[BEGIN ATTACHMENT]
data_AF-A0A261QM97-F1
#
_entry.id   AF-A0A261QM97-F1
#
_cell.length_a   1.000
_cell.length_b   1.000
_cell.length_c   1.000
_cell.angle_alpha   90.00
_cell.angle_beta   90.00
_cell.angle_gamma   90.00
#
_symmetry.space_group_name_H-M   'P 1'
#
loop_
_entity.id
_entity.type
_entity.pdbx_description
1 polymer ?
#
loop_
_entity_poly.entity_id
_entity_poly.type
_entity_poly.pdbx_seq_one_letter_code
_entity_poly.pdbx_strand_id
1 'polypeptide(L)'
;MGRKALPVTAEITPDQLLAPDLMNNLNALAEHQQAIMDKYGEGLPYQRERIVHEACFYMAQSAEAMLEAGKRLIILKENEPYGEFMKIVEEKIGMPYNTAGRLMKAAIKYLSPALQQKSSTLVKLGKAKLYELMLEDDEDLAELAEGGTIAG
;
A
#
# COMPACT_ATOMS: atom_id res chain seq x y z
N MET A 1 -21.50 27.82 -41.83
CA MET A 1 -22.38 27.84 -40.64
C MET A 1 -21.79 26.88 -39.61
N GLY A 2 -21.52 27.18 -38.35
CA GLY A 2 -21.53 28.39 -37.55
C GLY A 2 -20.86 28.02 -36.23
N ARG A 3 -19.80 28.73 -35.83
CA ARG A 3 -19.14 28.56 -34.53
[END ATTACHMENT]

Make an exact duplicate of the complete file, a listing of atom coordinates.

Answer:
data_AF-A0A261QM97-F1
#
_entry.id   AF-A0A261QM97-F1
#
_cell.length_a   1.000
_cell.length_b   1.000
_cell.length_c   1.000
_cell.angle_alpha   90.00
_cell.angle_beta   90.00
_cell.angle_gamma   90.00
#
_symmetry.space_group_name_H-M   'P 1'
#
loop_
_entity.id
_entity.type
_entity.pdbx_description
1 polymer ?
#
loop_
_entity_poly.entity_id
_entity_poly.type
_entity_poly.pdbx_seq_one_letter_code
_entity_poly.pdbx_strand_id
1 'polypeptide(L)'
;MGRKALPVTAEITPDQLLAPDLMNNLNALAEHQQAIMDKYGEGLPYQRERIVHEACFYMAQSAEAMLEAGKRLIILKENEPYGEFMKIVEEKIGMPYNTAGRLMKAAIKYLSPALQQKSSTLVKLGKAKLYELMLEDDEDLAELAEGGTIAG
;
A
#
# COMPACT_ATOMS: atom_id res chain seq x y z
N MET A 1 -21.50 27.82 -41.83
CA MET A 1 -22.38 27.84 -40.64
C MET A 1 -21.79 26.88 -39.61
N GLY A 2 -21.52 27.18 -38.35
CA GLY A 2 -21.53 28.39 -37.55
C GLY A 2 -20.86 28.02 -36.23
N ARG A 3 -19.80 28.73 -35.83
CA ARG A 3 -19.14 28.56 -34.53